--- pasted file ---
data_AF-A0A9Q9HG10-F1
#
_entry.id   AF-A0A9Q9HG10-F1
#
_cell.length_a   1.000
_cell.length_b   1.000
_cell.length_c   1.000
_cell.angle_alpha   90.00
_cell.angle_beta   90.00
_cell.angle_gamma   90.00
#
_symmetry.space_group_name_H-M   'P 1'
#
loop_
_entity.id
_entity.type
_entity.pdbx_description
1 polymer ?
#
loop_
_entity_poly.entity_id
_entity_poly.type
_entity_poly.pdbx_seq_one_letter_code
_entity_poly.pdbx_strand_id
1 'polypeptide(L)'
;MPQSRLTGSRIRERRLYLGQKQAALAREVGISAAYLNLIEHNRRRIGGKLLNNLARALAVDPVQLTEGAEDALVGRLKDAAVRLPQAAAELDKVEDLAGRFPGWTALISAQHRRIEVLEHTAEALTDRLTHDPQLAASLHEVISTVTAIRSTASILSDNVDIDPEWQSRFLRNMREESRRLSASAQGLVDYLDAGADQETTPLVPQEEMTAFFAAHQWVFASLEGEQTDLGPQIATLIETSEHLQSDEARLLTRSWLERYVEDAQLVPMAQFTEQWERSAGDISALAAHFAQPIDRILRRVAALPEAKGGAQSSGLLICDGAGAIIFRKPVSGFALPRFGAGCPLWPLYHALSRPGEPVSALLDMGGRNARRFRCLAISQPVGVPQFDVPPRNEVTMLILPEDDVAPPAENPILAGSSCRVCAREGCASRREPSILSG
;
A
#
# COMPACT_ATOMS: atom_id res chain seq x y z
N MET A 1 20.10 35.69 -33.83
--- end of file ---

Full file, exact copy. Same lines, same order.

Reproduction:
data_AF-A0A9Q9HG10-F1
#
_entry.id   AF-A0A9Q9HG10-F1
#
_cell.length_a   1.000
_cell.length_b   1.000
_cell.length_c   1.000
_cell.angle_alpha   90.00
_cell.angle_beta   90.00
_cell.angle_gamma   90.00
#
_symmetry.space_group_name_H-M   'P 1'
#
loop_
_entity.id
_entity.type
_entity.pdbx_description
1 polymer ?
#
loop_
_entity_poly.entity_id
_entity_poly.type
_entity_poly.pdbx_seq_one_letter_code
_entity_poly.pdbx_strand_id
1 'polypeptide(L)'
;MPQSRLTGSRIRERRLYLGQKQAALAREVGISAAYLNLIEHNRRRIGGKLLNNLARALAVDPVQLTEGAEDALVGRLKDAAVRLPQAAAELDKVEDLAGRFPGWTALISAQHRRIEVLEHTAEALTDRLTHDPQLAASLHEVISTVTAIRSTASILSDNVDIDPEWQSRFLRNMREESRRLSASAQGLVDYLDAGADQETTPLVPQEEMTAFFAAHQWVFASLEGEQTDLGPQIATLIETSEHLQSDEARLLTRSWLERYVEDAQLVPMAQFTEQWERSAGDISALAAHFAQPIDRILRRVAALPEAKGGAQSSGLLICDGAGAIIFRKPVSGFALPRFGAGCPLWPLYHALSRPGEPVSALLDMGGRNARRFRCLAISQPVGVPQFDVPPRNEVTMLILPEDDVAPPAENPILAGSSCRVCAREGCASRREPSILSG
;
A
#
# COMPACT_ATOMS: atom_id res chain seq x y z
N MET A 1 20.10 35.69 -33.83